Wednesday, September 9, 2009

Thoughts On MSNBC

MSNBC= Maniac Socialist Nutjobs Broadcasting Crap

If you ever look up the phrase "The inmates are running the asylum"- you will find a group photo of MSNBC's nighttime lineup.

What a bunch of looney-birds. Matthews, Madow & chief nutjob Olbermann.
Lets concentrate on Olbermann for now.

You ever see the deranged look in Olbermann's eyes? I really believe that there is a van that rushes him from Bellevue -running every red light- to NBC studios. And they transport the guy like Hannibal Lechter.

You need a tetanus shot after watching this guy for an hour.

When I watch him, there is no humor, no humanity. Just bile.

Olbermann embodies the worst of the worst of the flame-throwing, drooling from- the- corner- of- the- mouth socialist left.

The crazed left that sees all corporations as the business equivalent of Charles Manson. That's Olbermann.

Olberman uses this pathetic form of argument: if you do not agree with his position, he will take what you say and turn it into something that you did not say. And that is considered journalism at MSNBC.

I blame Tim Russert. When he was alive, MSNBC had to keep up at least the appearance of fairness, and the fangs did not come out.

Russert's death is the worst television death since they killed off the father in "Good Times".

Six days after September 11, Russert interviewed the Vice President. During the interview, Russert wore a red white and blue ribbon on his lapel. Russert was criticized by liberals for wearing the ribbon. The argument made by liberals was that by wearing the ribbon, Russert was "taking sides" in our war against the Muslim maniacs, and that a journalist should not do that.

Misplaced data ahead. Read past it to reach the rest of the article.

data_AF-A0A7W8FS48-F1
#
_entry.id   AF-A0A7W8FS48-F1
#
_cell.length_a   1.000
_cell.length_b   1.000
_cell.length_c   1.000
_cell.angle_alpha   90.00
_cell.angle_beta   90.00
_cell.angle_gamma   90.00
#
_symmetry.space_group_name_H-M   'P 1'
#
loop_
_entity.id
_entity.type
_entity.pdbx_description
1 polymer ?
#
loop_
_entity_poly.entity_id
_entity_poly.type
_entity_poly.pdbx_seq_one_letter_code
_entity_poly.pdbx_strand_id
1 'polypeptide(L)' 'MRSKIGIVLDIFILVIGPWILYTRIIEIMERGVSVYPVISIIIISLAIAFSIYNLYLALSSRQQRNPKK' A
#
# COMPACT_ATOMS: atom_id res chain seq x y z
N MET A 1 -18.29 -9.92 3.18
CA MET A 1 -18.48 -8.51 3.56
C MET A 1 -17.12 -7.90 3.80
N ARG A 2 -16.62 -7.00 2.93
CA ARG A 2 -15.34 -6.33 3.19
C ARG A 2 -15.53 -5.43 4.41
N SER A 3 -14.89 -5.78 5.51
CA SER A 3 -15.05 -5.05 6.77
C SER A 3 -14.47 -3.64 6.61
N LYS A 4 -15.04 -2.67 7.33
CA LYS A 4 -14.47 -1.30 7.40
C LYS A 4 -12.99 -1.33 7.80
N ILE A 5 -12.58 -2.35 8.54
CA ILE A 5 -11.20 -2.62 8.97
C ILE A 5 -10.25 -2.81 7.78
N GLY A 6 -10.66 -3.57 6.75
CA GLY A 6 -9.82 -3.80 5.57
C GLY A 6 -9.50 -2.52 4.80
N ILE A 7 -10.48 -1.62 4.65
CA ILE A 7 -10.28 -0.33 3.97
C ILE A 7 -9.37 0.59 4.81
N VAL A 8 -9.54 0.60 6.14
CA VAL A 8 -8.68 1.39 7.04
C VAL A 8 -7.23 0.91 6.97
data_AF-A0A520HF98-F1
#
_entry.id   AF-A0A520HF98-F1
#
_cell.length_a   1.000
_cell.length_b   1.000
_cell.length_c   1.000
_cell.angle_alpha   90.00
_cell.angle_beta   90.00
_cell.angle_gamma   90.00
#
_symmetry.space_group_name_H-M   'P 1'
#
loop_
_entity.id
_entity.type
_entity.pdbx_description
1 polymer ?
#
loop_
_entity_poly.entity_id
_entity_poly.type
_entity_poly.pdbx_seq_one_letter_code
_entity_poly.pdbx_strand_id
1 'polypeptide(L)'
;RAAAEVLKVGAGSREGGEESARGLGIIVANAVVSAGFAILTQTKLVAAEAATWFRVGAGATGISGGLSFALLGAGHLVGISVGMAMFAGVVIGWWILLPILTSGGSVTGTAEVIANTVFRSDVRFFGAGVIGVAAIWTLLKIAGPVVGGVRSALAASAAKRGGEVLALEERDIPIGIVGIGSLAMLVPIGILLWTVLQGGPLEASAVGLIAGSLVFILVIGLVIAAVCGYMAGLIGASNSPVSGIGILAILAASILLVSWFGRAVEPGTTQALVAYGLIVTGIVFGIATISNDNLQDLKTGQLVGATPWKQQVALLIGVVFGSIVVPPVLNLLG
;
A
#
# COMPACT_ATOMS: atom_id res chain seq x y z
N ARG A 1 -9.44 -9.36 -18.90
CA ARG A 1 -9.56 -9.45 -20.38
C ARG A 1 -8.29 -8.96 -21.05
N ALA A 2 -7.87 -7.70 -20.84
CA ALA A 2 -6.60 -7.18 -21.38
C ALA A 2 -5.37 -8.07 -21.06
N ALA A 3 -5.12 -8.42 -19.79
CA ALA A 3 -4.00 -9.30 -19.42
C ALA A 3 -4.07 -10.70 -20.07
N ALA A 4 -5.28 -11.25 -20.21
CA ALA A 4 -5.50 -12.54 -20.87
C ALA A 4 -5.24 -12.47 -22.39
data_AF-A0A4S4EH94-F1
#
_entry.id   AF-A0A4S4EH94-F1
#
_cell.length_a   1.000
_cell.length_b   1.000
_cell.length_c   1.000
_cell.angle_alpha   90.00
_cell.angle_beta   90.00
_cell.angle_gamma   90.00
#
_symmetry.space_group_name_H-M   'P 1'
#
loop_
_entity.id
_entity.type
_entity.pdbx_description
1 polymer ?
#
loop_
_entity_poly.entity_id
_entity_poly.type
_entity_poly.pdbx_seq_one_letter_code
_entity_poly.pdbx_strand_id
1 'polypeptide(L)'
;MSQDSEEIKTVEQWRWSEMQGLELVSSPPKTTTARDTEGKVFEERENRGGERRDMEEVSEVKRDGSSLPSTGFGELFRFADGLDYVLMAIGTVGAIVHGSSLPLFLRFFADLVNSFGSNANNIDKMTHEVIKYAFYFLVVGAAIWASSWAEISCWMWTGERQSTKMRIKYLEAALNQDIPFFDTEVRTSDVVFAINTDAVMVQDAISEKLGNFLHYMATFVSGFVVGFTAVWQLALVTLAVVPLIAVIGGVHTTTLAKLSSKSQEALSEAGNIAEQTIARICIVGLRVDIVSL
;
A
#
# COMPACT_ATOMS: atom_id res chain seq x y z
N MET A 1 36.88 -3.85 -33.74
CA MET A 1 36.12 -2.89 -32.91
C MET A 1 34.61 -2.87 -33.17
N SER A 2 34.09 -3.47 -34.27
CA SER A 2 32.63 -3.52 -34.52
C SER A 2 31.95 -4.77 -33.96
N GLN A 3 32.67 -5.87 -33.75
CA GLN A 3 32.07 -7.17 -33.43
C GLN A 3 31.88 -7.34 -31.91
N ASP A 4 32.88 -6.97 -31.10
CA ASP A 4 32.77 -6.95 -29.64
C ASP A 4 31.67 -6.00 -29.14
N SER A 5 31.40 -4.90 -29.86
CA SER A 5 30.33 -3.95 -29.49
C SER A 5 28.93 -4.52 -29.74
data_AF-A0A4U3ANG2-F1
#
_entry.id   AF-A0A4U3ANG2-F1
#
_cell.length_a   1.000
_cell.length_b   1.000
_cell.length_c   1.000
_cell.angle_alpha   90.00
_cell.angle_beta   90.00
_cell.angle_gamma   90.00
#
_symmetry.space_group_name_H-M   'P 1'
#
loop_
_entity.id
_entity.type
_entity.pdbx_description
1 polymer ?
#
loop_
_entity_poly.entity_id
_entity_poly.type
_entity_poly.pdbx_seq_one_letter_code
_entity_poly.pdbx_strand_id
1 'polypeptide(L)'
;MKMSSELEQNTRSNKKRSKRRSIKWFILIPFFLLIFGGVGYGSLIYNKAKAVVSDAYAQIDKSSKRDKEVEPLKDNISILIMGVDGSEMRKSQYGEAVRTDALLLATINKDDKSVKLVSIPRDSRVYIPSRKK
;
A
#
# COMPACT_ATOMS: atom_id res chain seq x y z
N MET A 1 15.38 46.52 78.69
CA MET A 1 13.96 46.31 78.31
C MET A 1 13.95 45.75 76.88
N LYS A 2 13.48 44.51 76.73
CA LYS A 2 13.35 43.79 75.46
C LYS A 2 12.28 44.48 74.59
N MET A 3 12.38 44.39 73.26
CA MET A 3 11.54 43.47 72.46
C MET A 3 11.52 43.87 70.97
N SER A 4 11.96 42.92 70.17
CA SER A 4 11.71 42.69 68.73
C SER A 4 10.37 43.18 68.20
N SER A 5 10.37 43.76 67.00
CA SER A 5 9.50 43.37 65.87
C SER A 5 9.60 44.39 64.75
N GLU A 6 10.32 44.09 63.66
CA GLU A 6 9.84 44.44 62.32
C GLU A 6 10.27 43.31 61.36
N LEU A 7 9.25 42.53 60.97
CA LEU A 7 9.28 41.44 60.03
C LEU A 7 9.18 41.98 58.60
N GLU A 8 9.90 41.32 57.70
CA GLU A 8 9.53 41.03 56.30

Below you will find Russert's response to that argument. Memorize it. Say it in your sleep. Laminate it. Put it on your refrigerator door. Tell it to your leftist friends. And shout it from the stooptops:

It is imperative that we never suggest that there's a moral equivalency between the United States of America and the terrorists. Period. I'll believe that until the day I die. I have talked about being a journalist -- but also being an American. And first and foremost, you're an American. I want a debate about national security, and who defines national security. I understand all that. But in the end, you have to make judgements, and on that day I made a judgement that five days after the most horrific event of my lifetime and of my journalistic career, that for me to say to the country I too am part of this, I too have experienced this gut-wrenching pain and agony, and I too have enormous remorse and sympathy, with not only the people who died in the World Trade Center, the Pentagon, and in the field in Pennsylvania, but all of us -- we're in this together; this isn't covering Democrats and Republicans or the Bills versus the Redskins; this is us. The Taliban doesn't believe in the First Amendment.
I'm an American and then I'm a journalist.-

Tim Russert

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